Blessed Bartolo Longo (1841-1926), spiritualist convert

Blessed Bartolo Longo was born on February 11, 1841, in southern Italy. His father was a wealthy doctor. His mother had a deep Marian devotion.

A brilliant and rowdy student, he wanted to become a lawyer and began studying law at the age of 16.

At that time, the faculty of the University of Naples was anticlerical and positivist. Under this influence, Bartolo Longo moved away from the sacraments and prayer but the question of the divinity of Christ never stopped to torment him.

One day a confidant invited him to a spiritualism seance. On May 29, 1864, during a seance, Bartolo interrogated "the spirit":

"Is Jesus Christ God?"

"Yes," said the medium.

"Are the precepts of the Decalogue true?"

"Yes, except the sixth" (You shall not commit adultery).

"Which of the two religions is the true one: Catholic or Protestant?"

"Both are false," the medium replied.

Bartolo became a fervent follower of spiritualism. He later wrote:

"The evil spirit who helped me, wanted to seize my soul trained in piety since my early years and ask me for adoration and blind obedience. He pretended to be the Archangel Michael, imposing on me the recitation of the psalms and strict fasts. He claimed that his name, as a sign of power and protection, should be written at the head of all my papers and that I should wear it on my heart, inscribed in red figures in a triangle of parchment."

Physically exhausted by his spiritualist practices, Bartolo Longo’s mind was more and more lost in confusion.

It was then that he met a pious and respected childhood friend. When the friend learned about these practices, he advised Bartolo to repent and confess.

"So you want to die in a madhouse and, on top of that, be damned?"

He encouraged him to meet a holy priest, named Father Radente.

The night that followed these recommendations, Bartolo saw his mother in a dream. She passed by his bed, gently begging him to return to Christ. The next day, with deep emotion, Bartolo went to a church dedicated to the Most Holy Rosary to meet Father Radente, who found the right words to say. The confession was sincere and profound.

Afterwards, Bartolo affirmed to those who do not believe in the action of the demon in spiritualism: "I experienced it, and it was by a miracle of the Virgin Mary that I was delivered.”

He started a new life, in the service of the Virgin Mary. He began to recite the Rosary every day, a prayer to which he remained faithful until the end of his life. Bartolo entered the Third Order Dominican (he was not a religious but adopted the Dominican spirituality while remaining a lay-person living in the world), under the name "fratel Rosario" (Brother Rosary). He was now 31 years old. Under the direction of Father Radente, he began to study the works of St Thomas Aquinas.

During this time, he kept up his practice as a lawyer.

But because of his deteriorating health he was no longer able to work regular hours. His friends were worried about him. The Countess Marianna de Fusco, who was a widow, invited him to come and reside at her home to tutor her children. Since she owned lands near Naples, next to the ruins of the old Pompeii, that she couldn’t administer herself, "Fratel Rosario" offered to manage them for her.

He then noticed the terrible spiritual and material misery of that region. What could he do to address so many needs?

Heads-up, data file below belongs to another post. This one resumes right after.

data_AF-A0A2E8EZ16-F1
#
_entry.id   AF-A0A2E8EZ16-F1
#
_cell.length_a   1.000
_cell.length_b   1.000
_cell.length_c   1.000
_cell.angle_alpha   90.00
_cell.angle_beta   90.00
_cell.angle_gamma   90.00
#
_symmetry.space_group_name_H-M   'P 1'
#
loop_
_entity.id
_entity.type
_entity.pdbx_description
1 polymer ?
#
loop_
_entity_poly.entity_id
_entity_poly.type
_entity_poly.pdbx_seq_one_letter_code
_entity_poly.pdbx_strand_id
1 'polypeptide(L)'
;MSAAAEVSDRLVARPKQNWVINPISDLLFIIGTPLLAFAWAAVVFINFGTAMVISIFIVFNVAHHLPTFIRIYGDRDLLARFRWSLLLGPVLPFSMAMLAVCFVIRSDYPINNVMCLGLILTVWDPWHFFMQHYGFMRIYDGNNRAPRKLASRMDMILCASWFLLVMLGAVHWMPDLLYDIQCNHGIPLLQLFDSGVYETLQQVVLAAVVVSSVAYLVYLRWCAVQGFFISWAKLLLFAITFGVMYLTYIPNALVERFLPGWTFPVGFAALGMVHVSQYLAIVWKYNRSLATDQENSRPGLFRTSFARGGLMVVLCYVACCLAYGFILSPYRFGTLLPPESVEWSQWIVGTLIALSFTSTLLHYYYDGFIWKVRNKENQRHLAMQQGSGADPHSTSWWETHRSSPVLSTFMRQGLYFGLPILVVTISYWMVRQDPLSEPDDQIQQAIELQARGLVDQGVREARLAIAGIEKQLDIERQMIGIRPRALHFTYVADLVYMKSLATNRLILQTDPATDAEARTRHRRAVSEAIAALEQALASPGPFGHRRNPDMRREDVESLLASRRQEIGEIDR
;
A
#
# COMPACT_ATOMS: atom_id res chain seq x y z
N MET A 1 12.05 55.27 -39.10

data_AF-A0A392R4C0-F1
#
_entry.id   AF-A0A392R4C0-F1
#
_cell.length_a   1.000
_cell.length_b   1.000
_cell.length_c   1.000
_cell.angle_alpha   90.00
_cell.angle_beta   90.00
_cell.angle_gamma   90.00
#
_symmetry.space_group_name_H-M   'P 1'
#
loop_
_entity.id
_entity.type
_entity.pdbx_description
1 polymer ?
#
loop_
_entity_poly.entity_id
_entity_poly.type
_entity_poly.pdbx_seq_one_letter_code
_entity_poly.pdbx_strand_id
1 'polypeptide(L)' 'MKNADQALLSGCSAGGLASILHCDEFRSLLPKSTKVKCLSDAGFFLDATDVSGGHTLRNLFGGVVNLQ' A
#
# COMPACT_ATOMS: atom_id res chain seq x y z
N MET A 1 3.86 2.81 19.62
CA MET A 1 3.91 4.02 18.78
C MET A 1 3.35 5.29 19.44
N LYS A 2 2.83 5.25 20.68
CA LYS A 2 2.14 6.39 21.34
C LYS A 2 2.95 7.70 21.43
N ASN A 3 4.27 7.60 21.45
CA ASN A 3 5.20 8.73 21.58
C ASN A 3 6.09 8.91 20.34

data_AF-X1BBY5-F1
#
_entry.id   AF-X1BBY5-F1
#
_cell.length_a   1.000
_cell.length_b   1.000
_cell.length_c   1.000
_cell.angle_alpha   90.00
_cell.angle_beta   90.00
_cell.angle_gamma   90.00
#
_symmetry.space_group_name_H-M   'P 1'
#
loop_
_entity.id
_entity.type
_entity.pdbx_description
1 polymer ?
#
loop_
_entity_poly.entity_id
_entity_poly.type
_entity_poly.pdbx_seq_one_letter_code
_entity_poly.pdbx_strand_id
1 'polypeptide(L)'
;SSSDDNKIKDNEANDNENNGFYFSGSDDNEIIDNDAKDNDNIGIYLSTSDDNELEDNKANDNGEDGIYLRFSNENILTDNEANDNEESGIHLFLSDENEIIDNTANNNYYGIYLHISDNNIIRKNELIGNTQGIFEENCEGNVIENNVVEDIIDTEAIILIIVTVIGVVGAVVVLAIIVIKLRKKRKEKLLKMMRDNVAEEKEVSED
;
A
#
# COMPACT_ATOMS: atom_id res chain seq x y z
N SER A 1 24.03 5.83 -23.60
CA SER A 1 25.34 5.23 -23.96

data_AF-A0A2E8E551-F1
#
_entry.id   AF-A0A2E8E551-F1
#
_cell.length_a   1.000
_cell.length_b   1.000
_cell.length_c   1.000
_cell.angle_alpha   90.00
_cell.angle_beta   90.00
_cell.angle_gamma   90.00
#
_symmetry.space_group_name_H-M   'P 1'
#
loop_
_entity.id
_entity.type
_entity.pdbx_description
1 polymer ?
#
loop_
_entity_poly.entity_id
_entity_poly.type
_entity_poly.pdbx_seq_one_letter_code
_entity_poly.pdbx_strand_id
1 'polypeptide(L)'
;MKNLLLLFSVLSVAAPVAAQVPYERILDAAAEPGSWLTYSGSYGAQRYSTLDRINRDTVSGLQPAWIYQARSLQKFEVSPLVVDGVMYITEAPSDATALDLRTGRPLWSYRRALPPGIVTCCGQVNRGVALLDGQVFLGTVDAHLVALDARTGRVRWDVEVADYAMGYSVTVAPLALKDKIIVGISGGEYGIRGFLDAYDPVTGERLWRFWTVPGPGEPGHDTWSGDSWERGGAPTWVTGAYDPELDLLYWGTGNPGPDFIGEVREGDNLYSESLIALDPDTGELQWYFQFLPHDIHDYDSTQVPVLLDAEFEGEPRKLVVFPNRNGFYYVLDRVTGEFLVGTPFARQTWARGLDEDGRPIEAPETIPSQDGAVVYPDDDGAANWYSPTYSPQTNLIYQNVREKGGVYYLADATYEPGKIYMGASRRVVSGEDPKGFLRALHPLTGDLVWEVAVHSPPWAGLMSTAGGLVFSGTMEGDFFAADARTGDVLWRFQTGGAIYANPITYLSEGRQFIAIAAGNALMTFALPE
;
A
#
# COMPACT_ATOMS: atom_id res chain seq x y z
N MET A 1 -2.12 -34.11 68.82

He started by founding a brotherhood of the Most Holy Rosary. He traveled the countryside, visiting farms to teach the people to pray, distributing medals and rosaries. Gradually, religious practice returned.

Then, on the advice of the bishop, he built a church, which he had consecrated to Mary.

Above the main altar he installed a painting of the Virgin. Very soon, the image was known for raining down showers of miracles. Leo XIII would say: "God used this image to grant innumerable graces that moved the universe."

With the influx of pilgrims to the new shrine, grateful ex-votos and alms flowed back to the church.

Next, Bartolo founded an orphanage for orphans and children of inmates, providing them with an education, a trade and religious instruction. Three years after this foundation, he wrote a letter to the criminologists of the time, who all believed that the children of criminals were doomed to become criminals:

"What about you, what did you do when you took Christ out of our schools? You produced enemies of the social order, subversives. On the contrary, what have we gained by putting Christ in the schools of the children of prisoners? We have transformed into honest and virtuous young people those wretches whom you wanted to abandon to their sad misery or throw into a madhouse!"

However, Bartolo's work alongside the Countess of Fusco gave rise to a campaign of criticism. They consulted Leo XIII, who answered: "Get married, and no one will have anything to say.” So, on April 19, 1885, Dr. Barto Longo married the Countess of Fusco. These nuptials remained virginal, like those of Mary and Joseph, which will did not prevent both spouses from loving each other deeply in God.

Thanks to them, the mission at Pompeii continued to expand. Soon thirty or so houses were built around the church, followed by a hospital, a printing press, a train station, an observatory, a post office, etc. The former poverty gradually gave place to the prosperity of employed residents.

The person who had once initiated Bartolo into spiritualism was forced to admit: "We can only say that it’s a miracle!"

Excerpt from: Dom Antoine Marie osb, Abbot, Bartolo Longo